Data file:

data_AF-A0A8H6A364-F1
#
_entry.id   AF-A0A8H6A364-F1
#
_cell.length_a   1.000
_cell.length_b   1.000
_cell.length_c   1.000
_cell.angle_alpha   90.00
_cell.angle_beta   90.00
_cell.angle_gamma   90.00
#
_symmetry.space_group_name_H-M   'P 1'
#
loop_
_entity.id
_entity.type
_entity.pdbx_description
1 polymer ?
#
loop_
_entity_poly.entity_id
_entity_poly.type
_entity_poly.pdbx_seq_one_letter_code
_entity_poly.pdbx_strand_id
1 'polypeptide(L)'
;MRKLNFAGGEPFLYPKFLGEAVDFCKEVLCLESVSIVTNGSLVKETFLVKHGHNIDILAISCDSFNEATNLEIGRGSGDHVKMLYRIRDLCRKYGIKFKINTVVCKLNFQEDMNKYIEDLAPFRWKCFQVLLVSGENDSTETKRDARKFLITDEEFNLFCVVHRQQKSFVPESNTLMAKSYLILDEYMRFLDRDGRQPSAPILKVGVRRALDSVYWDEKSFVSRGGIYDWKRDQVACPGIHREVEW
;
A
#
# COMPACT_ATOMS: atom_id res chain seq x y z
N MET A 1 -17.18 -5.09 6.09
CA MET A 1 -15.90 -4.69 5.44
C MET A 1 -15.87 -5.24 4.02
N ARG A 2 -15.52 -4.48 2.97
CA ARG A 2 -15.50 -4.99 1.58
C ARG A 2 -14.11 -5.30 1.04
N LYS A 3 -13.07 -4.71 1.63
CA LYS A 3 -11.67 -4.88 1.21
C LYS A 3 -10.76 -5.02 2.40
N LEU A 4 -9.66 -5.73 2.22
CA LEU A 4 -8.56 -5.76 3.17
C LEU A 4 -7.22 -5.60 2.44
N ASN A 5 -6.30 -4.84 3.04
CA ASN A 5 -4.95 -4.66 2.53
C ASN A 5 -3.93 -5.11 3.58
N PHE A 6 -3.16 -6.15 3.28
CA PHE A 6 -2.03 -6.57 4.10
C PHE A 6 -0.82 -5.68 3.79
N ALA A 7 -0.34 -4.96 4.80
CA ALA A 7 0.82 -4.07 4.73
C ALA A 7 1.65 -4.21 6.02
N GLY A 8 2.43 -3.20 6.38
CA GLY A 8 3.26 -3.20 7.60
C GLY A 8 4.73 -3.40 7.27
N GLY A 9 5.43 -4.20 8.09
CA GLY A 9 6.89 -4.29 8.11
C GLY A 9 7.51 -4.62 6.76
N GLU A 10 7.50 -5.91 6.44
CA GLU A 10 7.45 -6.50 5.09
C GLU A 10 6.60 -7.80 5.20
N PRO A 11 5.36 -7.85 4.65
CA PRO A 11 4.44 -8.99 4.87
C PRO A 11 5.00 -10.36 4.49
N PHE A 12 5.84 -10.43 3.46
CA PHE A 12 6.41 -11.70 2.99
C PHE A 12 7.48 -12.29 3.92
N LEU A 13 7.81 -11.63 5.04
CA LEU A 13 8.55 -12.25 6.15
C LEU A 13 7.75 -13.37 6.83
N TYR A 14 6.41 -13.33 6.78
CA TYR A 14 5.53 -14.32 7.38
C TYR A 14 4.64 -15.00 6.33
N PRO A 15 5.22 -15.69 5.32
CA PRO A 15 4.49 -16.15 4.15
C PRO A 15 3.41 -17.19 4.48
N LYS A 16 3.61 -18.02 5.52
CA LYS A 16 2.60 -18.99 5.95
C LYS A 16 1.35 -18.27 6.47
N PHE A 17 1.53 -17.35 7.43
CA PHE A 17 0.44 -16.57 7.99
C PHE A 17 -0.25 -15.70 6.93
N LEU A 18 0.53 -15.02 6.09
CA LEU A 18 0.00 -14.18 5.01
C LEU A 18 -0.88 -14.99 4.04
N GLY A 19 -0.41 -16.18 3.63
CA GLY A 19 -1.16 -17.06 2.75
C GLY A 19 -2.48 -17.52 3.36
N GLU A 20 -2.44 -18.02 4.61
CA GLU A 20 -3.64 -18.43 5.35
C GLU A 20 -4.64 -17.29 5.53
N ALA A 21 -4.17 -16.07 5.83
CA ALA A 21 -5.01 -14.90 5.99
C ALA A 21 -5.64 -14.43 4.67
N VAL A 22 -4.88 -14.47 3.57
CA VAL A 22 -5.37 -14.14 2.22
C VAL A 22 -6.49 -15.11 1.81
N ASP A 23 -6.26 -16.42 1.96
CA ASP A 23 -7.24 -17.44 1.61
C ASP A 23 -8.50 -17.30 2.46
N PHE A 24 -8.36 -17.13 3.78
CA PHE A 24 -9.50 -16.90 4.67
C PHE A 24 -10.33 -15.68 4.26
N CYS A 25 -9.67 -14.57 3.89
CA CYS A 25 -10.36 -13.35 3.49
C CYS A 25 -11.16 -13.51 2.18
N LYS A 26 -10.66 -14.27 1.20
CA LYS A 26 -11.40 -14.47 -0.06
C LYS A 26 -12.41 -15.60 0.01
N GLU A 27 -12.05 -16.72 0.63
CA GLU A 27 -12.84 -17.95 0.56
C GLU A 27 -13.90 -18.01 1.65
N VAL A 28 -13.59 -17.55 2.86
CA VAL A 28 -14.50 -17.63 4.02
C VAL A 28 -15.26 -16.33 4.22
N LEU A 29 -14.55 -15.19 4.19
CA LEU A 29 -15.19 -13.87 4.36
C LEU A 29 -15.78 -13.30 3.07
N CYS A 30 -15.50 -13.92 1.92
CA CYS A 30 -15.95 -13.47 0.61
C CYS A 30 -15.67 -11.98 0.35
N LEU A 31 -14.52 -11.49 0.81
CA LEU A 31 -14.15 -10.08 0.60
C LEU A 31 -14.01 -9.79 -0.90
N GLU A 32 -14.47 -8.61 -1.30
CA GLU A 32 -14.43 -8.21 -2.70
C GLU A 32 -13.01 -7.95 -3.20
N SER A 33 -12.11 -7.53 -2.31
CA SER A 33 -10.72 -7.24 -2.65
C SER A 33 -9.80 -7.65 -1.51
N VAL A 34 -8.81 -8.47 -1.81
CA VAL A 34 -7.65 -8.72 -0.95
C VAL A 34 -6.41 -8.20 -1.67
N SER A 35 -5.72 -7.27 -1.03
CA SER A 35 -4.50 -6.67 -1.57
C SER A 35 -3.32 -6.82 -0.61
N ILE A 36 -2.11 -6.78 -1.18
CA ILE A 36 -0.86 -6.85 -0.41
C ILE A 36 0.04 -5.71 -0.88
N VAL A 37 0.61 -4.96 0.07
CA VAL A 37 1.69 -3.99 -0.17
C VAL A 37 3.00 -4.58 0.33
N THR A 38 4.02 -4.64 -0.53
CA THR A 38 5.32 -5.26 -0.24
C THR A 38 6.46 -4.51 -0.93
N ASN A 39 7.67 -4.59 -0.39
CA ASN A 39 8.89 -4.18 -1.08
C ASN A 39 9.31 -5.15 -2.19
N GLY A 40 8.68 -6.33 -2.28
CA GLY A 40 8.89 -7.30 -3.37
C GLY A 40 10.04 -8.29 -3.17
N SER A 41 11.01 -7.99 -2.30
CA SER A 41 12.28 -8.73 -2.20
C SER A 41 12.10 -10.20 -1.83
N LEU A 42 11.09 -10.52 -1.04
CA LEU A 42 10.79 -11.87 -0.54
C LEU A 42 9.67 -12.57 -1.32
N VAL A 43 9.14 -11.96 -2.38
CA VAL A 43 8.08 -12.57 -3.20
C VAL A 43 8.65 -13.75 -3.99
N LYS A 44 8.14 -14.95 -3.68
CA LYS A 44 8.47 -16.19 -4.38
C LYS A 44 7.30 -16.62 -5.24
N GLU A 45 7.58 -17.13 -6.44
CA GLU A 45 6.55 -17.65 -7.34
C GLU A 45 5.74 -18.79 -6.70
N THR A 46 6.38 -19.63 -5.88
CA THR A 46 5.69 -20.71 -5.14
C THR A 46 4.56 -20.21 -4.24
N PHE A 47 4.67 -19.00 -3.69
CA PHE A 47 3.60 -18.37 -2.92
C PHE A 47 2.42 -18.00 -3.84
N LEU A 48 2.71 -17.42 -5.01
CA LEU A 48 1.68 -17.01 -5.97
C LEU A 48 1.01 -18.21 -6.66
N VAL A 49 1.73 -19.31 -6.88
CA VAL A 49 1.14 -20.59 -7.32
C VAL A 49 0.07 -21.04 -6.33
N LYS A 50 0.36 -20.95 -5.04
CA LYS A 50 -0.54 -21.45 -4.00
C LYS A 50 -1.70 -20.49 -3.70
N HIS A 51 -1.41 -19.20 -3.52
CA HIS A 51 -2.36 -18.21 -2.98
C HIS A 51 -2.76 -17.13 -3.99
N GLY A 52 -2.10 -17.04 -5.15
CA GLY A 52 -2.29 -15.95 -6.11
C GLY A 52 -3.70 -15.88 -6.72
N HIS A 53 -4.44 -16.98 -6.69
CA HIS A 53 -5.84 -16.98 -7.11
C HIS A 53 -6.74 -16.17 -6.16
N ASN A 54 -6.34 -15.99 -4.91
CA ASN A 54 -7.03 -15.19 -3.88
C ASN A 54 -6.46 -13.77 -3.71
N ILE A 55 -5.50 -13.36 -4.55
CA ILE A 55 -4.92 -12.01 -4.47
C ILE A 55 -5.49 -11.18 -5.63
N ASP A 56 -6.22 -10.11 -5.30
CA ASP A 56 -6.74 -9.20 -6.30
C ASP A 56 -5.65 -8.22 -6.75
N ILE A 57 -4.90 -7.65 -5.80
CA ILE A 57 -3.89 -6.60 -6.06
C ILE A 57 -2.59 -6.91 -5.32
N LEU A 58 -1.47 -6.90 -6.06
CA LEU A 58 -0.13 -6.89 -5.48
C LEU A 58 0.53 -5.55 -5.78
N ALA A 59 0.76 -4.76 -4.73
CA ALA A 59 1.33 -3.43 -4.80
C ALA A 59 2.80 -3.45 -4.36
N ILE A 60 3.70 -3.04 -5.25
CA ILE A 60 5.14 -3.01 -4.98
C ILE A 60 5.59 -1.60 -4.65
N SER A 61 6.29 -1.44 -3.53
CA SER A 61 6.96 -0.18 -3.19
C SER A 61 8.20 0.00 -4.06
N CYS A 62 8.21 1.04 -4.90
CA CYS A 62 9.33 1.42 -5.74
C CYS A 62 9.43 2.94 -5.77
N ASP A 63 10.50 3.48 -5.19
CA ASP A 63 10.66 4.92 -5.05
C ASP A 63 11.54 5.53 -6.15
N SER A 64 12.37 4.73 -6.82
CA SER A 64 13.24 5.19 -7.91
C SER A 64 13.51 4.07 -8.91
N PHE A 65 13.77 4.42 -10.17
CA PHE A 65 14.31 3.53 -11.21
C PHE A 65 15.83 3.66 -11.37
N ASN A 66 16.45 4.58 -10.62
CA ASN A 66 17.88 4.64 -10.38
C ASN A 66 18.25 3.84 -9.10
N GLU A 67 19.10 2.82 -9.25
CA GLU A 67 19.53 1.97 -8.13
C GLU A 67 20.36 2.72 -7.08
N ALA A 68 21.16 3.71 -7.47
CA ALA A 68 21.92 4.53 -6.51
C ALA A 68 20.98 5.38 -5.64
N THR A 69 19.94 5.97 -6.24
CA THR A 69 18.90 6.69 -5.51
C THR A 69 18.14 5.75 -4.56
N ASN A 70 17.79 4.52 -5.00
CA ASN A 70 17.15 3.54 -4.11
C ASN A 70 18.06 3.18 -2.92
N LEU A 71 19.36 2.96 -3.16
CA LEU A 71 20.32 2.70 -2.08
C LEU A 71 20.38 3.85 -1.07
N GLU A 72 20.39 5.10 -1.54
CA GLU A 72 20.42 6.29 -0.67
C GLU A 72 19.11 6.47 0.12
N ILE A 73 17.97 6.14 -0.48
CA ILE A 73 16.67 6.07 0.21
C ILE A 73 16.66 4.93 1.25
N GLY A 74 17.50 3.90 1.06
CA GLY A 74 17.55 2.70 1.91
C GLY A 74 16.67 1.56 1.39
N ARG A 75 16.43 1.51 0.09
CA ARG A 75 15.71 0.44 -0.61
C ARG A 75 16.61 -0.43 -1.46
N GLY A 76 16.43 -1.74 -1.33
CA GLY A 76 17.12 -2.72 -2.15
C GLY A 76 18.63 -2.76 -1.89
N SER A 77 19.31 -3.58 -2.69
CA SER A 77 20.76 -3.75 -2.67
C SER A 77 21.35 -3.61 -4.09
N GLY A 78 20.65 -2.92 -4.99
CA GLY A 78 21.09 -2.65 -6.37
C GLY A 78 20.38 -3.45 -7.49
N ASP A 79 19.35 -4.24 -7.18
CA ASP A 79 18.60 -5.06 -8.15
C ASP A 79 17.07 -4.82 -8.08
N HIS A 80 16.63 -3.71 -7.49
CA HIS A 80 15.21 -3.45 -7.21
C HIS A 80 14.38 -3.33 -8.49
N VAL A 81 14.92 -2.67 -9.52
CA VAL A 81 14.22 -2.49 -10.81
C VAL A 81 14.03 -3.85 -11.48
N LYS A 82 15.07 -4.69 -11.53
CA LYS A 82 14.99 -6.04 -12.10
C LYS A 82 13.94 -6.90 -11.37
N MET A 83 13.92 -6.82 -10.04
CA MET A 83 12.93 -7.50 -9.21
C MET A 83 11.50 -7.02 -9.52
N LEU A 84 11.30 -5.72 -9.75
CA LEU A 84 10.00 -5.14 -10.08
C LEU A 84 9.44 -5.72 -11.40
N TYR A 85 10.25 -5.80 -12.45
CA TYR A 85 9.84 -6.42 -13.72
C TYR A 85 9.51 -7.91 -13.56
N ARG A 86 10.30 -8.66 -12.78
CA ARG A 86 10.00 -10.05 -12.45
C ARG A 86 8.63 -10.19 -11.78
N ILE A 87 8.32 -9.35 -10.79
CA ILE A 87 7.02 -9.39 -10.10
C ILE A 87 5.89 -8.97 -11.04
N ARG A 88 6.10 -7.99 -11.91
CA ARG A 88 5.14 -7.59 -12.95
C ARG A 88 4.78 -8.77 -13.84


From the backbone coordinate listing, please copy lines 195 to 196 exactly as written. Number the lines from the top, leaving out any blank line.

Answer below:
C ILE A 55 -5.49 -11.18 -5.63
N ASP A 56 -6.22 -10.11 -5.30